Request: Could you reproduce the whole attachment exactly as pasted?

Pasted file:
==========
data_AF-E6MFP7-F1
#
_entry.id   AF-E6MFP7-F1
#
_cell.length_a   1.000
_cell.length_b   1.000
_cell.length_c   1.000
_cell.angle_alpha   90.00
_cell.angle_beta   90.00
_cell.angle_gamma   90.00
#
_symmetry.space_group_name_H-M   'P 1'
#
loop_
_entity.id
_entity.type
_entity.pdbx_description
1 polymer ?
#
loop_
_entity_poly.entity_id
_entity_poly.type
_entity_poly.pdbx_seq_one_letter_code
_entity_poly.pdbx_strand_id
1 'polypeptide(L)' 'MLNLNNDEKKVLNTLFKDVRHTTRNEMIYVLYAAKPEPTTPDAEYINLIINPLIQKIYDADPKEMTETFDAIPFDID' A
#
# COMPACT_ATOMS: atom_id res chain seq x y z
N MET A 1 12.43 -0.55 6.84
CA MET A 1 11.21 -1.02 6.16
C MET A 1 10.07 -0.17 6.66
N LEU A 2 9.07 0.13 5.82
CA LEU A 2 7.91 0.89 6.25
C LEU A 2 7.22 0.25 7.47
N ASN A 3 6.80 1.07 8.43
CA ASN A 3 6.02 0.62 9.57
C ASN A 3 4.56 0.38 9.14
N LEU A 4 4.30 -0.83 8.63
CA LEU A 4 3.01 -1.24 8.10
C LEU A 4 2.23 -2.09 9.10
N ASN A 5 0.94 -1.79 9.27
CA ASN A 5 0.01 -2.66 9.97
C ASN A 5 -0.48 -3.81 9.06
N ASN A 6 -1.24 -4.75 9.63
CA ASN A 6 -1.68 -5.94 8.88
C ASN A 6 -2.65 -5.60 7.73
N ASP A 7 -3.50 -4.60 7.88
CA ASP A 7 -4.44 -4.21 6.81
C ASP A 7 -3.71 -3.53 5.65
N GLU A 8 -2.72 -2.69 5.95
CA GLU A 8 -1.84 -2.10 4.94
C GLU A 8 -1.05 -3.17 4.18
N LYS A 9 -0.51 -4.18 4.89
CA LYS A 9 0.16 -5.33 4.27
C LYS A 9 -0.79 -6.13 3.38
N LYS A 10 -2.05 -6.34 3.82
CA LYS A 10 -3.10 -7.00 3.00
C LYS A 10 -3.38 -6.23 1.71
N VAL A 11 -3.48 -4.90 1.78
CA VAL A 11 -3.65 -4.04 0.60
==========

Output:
data_AF-E6MFP7-F1
#
_entry.id   AF-E6MFP7-F1
#
_cell.length_a   1.000
_cell.length_b   1.000
_cell.length_c   1.000
_cell.angle_alpha   90.00
_cell.angle_beta   90.00
_cell.angle_gamma   90.00
#
_symmetry.space_group_name_H-M   'P 1'
#
loop_
_entity.id
_entity.type
_entity.pdbx_description
1 polymer ?
#
loop_
_entity_poly.entity_id
_entity_poly.type
_entity_poly.pdbx_seq_one_letter_code
_entity_poly.pdbx_strand_id
1 'polypeptide(L)' 'MLNLNNDEKKVLNTLFKDVRHTTRNEMIYVLYAAKPEPTTPDAEYINLIINPLIQKIYDADPKEMTETFDAIPFDID' A
#
# COMPACT_ATOMS: atom_id res chain seq x y z
N MET A 1 12.43 -0.55 6.84
CA MET A 1 11.21 -1.02 6.16
C MET A 1 10.07 -0.17 6.66
N LEU A 2 9.07 0.13 5.82
CA LEU A 2 7.91 0.89 6.25
C LEU A 2 7.22 0.25 7.47
N ASN A 3 6.80 1.07 8.43
CA ASN A 3 6.02 0.62 9.57
C ASN A 3 4.56 0.38 9.14
N LEU A 4 4.30 -0.83 8.63
CA LEU A 4 3.01 -1.24 8.10
C LEU A 4 2.23 -2.09 9.10
N ASN A 5 0.94 -1.79 9.27
CA ASN A 5 0.01 -2.66 9.97
C ASN A 5 -0.48 -3.81 9.06
N ASN A 6 -1.24 -4.75 9.63
CA ASN A 6 -1.68 -5.94 8.88
C ASN A 6 -2.65 -5.60 7.73
N ASP A 7 -3.50 -4.60 7.88
CA ASP A 7 -4.44 -4.21 6.81
C ASP A 7 -3.71 -3.53 5.65
N GLU A 8 -2.72 -2.69 5.95
CA GLU A 8 -1.84 -2.10 4.94
C GLU A 8 -1.05 -3.17 4.18
N LYS A 9 -0.51 -4.18 4.89
CA LYS A 9 0.16 -5.33 4.27
C LYS A 9 -0.79 -6.13 3.38
N LYS A 10 -2.05 -6.34 3.82
CA LYS A 10 -3.10 -7.00 3.00
C LYS A 10 -3.38 -6.23 1.71
N VAL A 11 -3.48 -4.90 1.78
CA VAL A 11 -3.65 -4.04 0.60